The desirability of open standards and the benefits thereof have been the subject of many articles and discussions over the years. During this time we have seen many companies adopting open standards – ONVIF being one of the major ones in the surveillance market.
The benefits of open systems are varied, but include not being restricted to only one supplier of products, being able to select a different service provider if needs require, and being able to mix and match best-of-breed products to ensure the end user is able to choose the best product for their needs. Openness also means more competition, ensuring that one supplier can’t suddenly change the rules of the game or increase prices with impunity.
There have always been proprietary solutions available and even today we see companies offering users a closed ecosystem. Forgetting the challenges of being locked into one supplier and brand, these systems also have benefits. For example, buying from a single supplier should ensure that all your systems are easily integrated and manageable from a single platform. However, it also means being restricted to whatever that supplier provides.
So where are we today in terms of open standards? Are we seeing a reversion to proprietary solutions where companies offer everything in-house that automatically and easily integrates to deliver full solutions? Alternatively, are companies still open to the integration work required by open systems – learning SDKs and doing the development work required to make best-of-breed systems work together?
Bjørn Skou Eilertsen, CTO of Milestone Systems, believes open systems is still the way to go and more end users are going that route. “When we look to the Milestone community, our partners and customers, we see that there’s real value in open standards. Our customers appreciate the ability to scale and to easily add new functionalities to their installations, without worrying about being locked-in to one camera vendor. In my experience, open standards provide so many possibilities for creating solutions that meet customers’ specific needs, today and in the future.”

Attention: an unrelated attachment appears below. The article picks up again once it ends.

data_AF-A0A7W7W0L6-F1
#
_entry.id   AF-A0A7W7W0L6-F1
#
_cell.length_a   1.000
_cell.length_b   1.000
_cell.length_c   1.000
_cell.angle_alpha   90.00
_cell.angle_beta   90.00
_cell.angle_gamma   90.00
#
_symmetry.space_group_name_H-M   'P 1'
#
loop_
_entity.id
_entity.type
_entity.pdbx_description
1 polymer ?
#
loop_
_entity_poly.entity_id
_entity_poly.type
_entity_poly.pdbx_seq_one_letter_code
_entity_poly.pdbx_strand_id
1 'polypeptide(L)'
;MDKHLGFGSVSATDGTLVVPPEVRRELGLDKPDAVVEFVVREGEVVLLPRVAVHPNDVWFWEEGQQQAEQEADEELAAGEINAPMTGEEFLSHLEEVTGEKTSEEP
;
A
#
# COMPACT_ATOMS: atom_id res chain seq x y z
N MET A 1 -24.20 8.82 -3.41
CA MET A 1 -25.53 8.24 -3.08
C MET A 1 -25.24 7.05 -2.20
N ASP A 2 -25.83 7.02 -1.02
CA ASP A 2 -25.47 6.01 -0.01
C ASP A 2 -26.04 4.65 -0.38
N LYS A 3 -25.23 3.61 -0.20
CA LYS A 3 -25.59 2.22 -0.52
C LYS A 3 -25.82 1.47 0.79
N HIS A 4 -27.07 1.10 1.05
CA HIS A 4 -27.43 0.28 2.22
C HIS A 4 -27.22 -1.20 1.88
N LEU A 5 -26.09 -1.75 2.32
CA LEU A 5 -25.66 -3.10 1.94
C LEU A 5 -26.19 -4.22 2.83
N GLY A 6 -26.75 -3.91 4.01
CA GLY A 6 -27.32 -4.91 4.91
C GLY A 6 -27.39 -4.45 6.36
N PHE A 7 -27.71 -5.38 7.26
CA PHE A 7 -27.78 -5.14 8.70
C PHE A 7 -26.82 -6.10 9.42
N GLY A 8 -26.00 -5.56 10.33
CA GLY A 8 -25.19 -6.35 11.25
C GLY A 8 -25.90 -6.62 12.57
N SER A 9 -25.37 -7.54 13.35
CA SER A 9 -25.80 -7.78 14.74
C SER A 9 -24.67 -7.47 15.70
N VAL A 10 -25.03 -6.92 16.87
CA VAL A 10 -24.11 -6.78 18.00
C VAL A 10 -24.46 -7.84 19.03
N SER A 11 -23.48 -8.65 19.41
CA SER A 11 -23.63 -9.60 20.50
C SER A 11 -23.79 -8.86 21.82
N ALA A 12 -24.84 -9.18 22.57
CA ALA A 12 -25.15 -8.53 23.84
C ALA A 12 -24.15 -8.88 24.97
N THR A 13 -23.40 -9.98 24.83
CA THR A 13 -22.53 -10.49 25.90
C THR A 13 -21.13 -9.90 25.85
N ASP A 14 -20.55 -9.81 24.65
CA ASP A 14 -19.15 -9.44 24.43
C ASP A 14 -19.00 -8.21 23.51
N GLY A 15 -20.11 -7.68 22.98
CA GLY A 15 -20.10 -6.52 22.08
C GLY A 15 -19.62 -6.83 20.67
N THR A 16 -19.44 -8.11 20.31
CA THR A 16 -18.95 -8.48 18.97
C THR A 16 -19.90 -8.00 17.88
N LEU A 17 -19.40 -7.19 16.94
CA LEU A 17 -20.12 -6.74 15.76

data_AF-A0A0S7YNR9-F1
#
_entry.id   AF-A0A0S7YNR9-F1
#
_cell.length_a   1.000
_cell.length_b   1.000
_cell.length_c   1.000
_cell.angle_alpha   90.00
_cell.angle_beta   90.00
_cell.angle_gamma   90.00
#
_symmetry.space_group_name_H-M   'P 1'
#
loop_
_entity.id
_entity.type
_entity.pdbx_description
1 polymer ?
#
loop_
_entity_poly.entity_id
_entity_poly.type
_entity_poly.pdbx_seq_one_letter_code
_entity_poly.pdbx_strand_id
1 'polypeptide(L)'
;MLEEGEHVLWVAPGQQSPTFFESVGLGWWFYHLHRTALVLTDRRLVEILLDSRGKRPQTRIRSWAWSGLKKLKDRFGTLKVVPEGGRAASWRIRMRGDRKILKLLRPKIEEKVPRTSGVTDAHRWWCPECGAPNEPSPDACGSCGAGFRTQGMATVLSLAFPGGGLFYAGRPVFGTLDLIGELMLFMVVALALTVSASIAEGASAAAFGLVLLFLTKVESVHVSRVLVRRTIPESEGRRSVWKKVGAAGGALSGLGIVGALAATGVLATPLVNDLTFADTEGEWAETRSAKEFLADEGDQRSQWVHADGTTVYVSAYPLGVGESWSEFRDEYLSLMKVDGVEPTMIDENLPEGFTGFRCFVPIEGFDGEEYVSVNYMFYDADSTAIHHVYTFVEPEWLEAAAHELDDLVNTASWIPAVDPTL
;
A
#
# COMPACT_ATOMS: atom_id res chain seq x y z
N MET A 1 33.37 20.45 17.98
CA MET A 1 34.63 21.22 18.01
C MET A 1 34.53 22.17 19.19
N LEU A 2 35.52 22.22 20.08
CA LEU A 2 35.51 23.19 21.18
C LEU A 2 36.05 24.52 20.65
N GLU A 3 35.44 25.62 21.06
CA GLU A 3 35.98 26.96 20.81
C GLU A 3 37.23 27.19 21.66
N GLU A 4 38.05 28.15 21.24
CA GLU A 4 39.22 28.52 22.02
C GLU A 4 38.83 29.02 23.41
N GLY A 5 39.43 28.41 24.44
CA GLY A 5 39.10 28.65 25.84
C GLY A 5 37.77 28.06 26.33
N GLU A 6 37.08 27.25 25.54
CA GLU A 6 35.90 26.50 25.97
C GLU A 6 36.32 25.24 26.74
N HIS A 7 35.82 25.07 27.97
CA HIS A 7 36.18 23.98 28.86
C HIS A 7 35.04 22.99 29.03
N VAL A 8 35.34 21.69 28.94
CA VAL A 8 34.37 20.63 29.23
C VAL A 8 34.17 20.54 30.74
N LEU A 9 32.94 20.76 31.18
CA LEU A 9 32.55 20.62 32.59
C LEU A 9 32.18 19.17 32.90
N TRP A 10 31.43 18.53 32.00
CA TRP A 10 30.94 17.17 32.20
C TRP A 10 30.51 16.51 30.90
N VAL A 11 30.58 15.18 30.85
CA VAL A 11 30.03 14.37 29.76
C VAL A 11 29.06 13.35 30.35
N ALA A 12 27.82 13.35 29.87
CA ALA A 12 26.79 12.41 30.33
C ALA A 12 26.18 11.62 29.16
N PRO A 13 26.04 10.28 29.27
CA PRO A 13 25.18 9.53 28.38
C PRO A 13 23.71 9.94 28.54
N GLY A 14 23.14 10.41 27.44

Jamey Pietersen, regional sales director for Avigilon Southern Africa adds to this, noting, “While Avigilon sells end-to-end solutions to better serve our customers, we actively use and promote open standards. Throughout the past five years, we have made great progress in the adoption of ONVIF for interfaces between cameras and video management systems.
“With the release of ONVIF Profile T in 2018, adoption by the industry and the utility to customers has continued to increase. Avigilon offers ONVIF Profile S, G and T support on our video management system and almost all of our cameras. In fact, Avigilon was the first and remains one of the few companies that has no ‘native’ protocol for our cameras: we use only ONVIF calls and where none exist to support the offered functionality, ONVIF extensions.
“We believe that we are far from seeing a reversion to proprietary camera interface protocols, the continued development of ONVIF will gradually eliminate the need for them.
The question of skills
Another argument some make in favour of proprietary solutions is that of skills availability. Supposedly, if your entire installation is from one supplier, there are a limited number of skills needed to keep the cameras recording. This may be a dubious argument, but in an environment where good skills are hard to find and companies unwilling to spend too much on training – in case their staff decide to move to richer pastures – it can be a reason to standardise on proprietary solutions.
Pietersen disagrees with the argument. He says system integrators and the customers they serve are looking for solutions that are easy to install and to maintain. “Proprietary systems may meet the first of these criteria, but often fail in the long-term on the second one.
“Proprietary interfaces, even if they are published or ‘open’, do not offer the same degree of flexibility or the assurance that they will continue to be supported in the future. At the same time, no single vendor can offer all possible functionality with their product portfolio.”